There are over 50 different varieties of Hornbill. The one that I want to focus on today is the Rhinoceros Hornbill. It is the State Bird of Malaysia. I became acquainted with these amazing birds during a trip to the Sarawak in East Malaysia many years ago.
The arrow points to Sarawak. The Rhinoceros Hornbill is present also in Sabah as well as Borneo, in yellow.
You could not move through the area around the harbour of Kuching without seeing ‘something’ decorated with the motif of a hornbill – from table cloths, batik wall hangings, phone cases, and old and not-so-old wood carvings. To actually see these highly endangered birds you needed a guide to take you to the jungle areas where local tribes still live in their long houses. There the hornbill was also used as a design for the totems on the poles supporting their roof as well as on many of the art of tattoos.
The weavers of the area specialize in ikat. Ikat is a type of resist dying. The threads are resist dyed before they are woven. The pattern in the textile below is called the ‘Feather of the Hornbill’.
The Rhinoceros Hornbill is depicted in numerous designs in wood carving. The wooden figure above is a Kenyalang. Historically, these carvings were associated with many of the tribes in Sarawak, Sabah, and Borneo. For the Iban, the figure is an essential part of a celebration called the Gawai Kenyalang. Its role was as a messenger. It called upon the spirit world to give courage to the warriors who went out headhunting. The carvings are still made today and they are still important for the various tribal communities. Head hunting ended in the 20th century and most of the carvings are considered cultural icons.
The Rhinoceros Hornbill is a large bird, 80 to 90 cm (31–35 in) long. The males are larger than the females. The birds are covered with black feathers except for the white tail that has a single black band. Their legs are white. The Hornbill is most notable for its colourful bill which is huge. In fact, that orange and red bill is what gave the bird its name. The Hornbill uses this lightweight beak to gather its food, build its nests, seal the nest, and feed the chicks. The structure on top of the bill is called a casque. It is hollow and its function is to amplify the call of the birds. The eyes of the male are red with black rims while those of the female are white with a red rim like the one below.
In comparison, this is an image of the male so that you can see the difference in their eye colour. It is the easiest way to recognize each of the genders.
The Hornbills are very unique in their nesting habits. They are cavity nesters but with a twist. When the female is ready to lay her 1-3 eggs, she will locate a cavity in a tree trunk (or sometimes a rock formation) to make her nest. Once made she helps her bonded-for-life mate seal her into the cavity with mud. The only opening is a small oval hole where the male feeds the female during her confinement that lasts 50 days. He also feeds the nestlings. This arrangement is very practical. It helps protect the nest from any type of predator including lizards and snakes. Ninety days after the chicks hatch, the female will break open the mud covering to the nest.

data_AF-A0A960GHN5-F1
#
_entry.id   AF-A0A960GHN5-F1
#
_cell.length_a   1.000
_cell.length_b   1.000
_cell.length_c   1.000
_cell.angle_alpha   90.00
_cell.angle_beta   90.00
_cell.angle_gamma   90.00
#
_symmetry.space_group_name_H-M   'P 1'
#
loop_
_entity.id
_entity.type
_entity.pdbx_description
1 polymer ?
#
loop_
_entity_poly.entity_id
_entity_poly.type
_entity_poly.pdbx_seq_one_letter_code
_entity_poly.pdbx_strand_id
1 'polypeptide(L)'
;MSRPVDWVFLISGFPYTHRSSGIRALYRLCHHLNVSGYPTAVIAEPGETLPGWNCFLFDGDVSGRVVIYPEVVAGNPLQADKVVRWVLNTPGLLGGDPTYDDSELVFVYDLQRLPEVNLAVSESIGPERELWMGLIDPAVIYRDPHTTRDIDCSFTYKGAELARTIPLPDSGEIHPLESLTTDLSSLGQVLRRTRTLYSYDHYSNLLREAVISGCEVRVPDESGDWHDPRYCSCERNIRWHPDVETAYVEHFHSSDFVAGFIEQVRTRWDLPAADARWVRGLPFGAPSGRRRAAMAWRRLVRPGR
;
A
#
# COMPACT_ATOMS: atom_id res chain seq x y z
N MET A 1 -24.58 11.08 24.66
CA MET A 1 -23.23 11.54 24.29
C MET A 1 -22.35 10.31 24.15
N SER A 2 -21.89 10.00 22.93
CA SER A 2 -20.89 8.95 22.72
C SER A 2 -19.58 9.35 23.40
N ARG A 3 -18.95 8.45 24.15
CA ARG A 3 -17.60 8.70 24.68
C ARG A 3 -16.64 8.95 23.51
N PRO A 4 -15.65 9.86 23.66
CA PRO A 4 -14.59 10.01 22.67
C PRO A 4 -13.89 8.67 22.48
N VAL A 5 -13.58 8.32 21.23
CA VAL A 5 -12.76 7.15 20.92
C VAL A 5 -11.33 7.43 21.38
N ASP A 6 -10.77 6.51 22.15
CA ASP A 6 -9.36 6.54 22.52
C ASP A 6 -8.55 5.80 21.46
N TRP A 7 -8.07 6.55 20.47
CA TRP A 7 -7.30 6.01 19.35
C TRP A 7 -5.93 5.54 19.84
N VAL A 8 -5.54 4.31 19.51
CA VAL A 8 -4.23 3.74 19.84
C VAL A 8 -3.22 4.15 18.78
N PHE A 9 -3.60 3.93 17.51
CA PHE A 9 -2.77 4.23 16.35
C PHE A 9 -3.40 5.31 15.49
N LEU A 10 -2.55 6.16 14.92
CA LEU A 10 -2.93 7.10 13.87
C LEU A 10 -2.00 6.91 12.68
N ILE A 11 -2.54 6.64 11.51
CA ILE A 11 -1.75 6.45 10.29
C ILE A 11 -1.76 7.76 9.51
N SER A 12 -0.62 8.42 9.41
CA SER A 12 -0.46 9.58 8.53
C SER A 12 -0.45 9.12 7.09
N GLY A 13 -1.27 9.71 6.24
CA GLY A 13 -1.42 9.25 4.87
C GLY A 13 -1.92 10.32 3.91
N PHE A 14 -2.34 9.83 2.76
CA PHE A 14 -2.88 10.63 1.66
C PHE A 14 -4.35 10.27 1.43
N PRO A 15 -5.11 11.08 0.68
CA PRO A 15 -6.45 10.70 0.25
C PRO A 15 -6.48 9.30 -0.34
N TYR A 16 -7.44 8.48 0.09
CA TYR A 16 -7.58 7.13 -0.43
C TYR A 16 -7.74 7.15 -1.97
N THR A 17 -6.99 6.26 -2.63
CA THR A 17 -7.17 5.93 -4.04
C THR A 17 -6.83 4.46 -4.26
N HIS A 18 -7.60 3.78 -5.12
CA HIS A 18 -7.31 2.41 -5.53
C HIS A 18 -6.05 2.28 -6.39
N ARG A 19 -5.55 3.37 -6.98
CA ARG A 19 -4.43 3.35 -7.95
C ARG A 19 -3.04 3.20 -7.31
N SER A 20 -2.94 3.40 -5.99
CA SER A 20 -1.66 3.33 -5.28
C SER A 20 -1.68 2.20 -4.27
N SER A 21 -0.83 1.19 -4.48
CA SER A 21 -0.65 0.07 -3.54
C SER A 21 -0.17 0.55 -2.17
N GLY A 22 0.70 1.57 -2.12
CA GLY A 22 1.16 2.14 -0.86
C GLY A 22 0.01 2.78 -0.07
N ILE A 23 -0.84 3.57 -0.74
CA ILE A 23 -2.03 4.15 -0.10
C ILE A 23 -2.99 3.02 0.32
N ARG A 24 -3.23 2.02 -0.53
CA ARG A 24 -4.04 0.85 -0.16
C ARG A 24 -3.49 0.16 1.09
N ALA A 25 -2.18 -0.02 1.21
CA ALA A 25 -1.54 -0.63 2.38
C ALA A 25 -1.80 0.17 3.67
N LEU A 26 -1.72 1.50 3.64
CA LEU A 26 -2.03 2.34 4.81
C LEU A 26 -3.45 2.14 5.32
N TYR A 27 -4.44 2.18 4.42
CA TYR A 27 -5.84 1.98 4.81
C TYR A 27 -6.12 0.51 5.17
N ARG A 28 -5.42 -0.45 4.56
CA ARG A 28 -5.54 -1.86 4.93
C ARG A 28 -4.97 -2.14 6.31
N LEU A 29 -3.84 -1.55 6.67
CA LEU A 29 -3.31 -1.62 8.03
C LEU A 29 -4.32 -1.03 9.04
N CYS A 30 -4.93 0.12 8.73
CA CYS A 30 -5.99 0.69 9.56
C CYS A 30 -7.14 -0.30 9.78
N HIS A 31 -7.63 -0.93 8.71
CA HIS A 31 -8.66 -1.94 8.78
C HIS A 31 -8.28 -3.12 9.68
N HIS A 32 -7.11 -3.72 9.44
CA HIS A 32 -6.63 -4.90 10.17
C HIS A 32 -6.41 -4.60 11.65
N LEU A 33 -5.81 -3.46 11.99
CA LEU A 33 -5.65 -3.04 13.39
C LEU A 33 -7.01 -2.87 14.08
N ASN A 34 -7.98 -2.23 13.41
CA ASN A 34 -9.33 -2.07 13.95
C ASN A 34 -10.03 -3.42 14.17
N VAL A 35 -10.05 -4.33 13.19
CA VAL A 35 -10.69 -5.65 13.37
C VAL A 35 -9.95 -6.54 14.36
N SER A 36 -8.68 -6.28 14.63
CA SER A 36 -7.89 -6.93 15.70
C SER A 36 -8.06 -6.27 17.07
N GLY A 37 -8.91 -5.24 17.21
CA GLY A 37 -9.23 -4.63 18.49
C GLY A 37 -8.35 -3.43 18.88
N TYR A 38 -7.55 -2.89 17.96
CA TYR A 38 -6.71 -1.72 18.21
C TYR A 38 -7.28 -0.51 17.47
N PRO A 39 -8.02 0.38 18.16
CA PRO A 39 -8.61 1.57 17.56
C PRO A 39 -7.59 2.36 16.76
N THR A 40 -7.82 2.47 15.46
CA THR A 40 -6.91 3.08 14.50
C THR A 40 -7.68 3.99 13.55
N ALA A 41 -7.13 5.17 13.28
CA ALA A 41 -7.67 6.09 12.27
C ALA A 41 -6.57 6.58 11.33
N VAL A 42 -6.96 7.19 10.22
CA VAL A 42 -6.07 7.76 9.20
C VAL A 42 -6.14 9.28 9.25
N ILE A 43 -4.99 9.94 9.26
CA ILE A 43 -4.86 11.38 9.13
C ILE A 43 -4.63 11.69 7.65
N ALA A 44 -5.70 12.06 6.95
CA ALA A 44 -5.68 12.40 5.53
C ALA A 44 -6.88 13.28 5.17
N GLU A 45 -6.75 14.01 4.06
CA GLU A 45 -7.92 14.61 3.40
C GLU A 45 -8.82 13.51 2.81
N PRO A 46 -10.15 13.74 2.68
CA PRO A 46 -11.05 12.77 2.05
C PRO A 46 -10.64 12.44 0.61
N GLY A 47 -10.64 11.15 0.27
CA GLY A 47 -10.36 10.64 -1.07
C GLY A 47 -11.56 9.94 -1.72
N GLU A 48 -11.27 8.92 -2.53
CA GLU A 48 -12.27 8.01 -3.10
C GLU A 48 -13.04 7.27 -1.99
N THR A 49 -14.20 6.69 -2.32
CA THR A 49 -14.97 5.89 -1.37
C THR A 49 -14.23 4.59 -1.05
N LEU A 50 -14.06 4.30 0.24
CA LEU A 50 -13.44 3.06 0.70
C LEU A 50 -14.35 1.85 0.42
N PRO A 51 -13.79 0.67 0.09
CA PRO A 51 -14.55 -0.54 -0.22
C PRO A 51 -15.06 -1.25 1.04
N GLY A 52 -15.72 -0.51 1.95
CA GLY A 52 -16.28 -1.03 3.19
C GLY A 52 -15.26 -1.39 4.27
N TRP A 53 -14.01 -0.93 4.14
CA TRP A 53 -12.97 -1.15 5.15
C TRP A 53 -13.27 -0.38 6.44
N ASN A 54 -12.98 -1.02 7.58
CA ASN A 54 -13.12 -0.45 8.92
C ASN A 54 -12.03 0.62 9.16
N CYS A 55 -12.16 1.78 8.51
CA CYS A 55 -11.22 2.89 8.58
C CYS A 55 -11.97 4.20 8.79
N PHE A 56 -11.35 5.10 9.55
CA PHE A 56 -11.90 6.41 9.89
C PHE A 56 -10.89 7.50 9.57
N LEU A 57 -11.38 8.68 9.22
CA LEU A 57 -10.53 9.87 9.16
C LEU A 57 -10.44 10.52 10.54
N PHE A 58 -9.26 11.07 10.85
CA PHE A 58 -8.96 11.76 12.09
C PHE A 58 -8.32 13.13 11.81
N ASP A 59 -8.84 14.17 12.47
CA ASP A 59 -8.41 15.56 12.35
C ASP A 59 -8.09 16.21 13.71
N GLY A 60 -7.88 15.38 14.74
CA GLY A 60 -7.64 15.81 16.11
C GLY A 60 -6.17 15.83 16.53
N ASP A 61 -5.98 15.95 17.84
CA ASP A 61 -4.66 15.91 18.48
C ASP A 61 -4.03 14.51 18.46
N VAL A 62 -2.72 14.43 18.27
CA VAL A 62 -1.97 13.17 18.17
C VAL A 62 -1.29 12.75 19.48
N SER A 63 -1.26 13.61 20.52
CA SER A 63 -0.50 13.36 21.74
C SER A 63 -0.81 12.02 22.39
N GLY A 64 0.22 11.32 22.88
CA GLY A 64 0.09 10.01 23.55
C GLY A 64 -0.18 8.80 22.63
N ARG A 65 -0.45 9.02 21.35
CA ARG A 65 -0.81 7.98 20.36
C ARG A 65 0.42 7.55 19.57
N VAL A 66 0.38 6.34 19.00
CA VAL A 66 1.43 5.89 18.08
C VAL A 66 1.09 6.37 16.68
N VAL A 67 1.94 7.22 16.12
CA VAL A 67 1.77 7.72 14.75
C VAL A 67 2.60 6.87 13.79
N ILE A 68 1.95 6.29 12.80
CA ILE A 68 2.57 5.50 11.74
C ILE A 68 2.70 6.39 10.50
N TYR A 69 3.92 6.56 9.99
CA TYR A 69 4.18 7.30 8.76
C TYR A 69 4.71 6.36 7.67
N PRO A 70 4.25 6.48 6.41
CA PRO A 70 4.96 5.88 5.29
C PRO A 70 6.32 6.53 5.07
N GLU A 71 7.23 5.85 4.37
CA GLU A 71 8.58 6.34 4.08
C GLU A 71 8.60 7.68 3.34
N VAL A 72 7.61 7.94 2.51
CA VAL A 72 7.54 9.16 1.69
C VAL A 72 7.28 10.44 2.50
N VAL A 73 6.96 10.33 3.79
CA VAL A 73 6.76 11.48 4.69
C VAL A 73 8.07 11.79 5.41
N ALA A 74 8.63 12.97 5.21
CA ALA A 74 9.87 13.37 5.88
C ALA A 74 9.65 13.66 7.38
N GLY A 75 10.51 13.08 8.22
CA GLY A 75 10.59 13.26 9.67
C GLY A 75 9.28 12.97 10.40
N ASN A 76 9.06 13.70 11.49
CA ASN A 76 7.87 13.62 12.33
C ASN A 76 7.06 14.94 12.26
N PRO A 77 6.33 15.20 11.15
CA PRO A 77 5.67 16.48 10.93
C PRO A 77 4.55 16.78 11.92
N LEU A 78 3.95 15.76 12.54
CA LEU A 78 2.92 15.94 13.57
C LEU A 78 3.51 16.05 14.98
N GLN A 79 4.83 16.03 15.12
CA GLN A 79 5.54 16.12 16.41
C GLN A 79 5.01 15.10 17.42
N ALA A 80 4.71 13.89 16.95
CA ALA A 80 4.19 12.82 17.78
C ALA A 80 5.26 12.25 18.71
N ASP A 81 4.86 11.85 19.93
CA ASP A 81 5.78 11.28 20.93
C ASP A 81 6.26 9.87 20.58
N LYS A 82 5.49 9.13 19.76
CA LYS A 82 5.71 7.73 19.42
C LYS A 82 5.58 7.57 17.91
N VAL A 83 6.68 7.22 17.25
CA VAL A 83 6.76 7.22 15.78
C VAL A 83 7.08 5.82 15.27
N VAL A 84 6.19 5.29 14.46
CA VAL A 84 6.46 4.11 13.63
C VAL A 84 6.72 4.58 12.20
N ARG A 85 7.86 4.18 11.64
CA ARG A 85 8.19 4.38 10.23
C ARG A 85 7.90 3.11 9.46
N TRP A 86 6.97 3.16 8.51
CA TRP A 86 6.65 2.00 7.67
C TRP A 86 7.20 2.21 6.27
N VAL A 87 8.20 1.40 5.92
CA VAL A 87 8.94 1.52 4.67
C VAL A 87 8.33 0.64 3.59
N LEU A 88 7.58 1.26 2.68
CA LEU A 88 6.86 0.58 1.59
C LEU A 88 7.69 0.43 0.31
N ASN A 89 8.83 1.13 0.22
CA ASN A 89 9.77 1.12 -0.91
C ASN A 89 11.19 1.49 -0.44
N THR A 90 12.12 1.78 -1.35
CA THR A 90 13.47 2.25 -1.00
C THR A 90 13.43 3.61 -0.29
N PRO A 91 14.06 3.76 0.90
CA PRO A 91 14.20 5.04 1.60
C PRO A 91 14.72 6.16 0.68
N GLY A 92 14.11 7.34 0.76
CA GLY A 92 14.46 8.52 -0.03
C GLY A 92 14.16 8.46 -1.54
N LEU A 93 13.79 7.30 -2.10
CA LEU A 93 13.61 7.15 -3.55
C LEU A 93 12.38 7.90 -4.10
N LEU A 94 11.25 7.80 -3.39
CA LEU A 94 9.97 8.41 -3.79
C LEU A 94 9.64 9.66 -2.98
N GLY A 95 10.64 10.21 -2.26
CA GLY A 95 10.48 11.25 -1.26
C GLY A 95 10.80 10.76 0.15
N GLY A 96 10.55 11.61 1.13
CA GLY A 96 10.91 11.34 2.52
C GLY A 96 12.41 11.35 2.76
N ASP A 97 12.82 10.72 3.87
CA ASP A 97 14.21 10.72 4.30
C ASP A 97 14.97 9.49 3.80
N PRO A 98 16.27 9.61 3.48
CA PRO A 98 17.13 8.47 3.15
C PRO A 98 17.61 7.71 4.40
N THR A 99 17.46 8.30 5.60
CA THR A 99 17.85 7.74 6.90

The Rhinoceros Hornbill is listed as vulnerable. One of the biggest threats to its existence is the loss of the rainforest where it lives and builds its nest. It is also hunted for food as well as for items that are believed to give men virility including the feathers and the skull. The large trees that occupied the forested areas of Borneo are being cut down at an alarming rate. When I was there the wood was being shipped to China on those huge boats. It was overwhelming to see the forest being obliterated.
In other news, Tiny Little Bob or Blue 463 nabbed the first fish of the morning on the Foulshaw Moss Osprey Nest in Cumbria. Tiny Little was busy eating it while sibling 462 waited on the nest. Tiny Little is off to a great start to the day! Go Tiny Little!
Karl II arrived at 8:10 to feed the three fledglings on the Black Stork nest in Estonia. The fledglings were incredible.
The glare of the sun on the camera creates a strong glow so you can’t see clearly what is going on. Karl arrives on the right and feeds the hungry storklings quickly. The nest is in the Karula National Park in Estonia.
One of the Storklings on the Siguldas Black Stork nest in Latvia has decided to get up close and personal with the camera and its supports while it waits for Grafs or Grafiene to bring them their breakfast.
The good news at the Peregrine Falcon Nest in the scrape box on the grounds of Charles Sturt University in Orange, Australia is that Izzi – cute little Izzi – has not been in the scrape box for six days. He has been heard but he has not gone in after several altercations with Xavier. Diamond, Izzi’s mother, is expected to lay her eggs by the end of August. Here is Diamond looking out over her territory.
Also in Australia, the two little sea eaglets, 27 and 28, are just cute. They are really growing. Dad brought in a life fish and was going to feed them today. Lady flew in and stepped on the fish before it could flop all over the chicks. Then she took over the feeding. Both ate well but 27 had an enormous crop.
It continues to be as good a day as it can be in Bird World. The juvenile Ospreys are eating and eating preparing to being their migration. For some of the UK nests the average number of days is around 90 hatch days old for fledging. We will be keeping our eyes open to see who is leaving.
Thank you so much for joining me. Have a wonderful Friday everyone. See you soon.
Thank you to the following for their streaming cams where I took my screen shots: WBSE Sea Eagle Cam, Birdlife Australia and the Discovery Centre, Cumbrian Wildlife Trust and the Foulshaw Moss Osprey Nest, Falconcam Osprey Project, C Sturt University and Cilla Kinross, the Eagle Club of Estonia, and the Latvian Fund for Nature.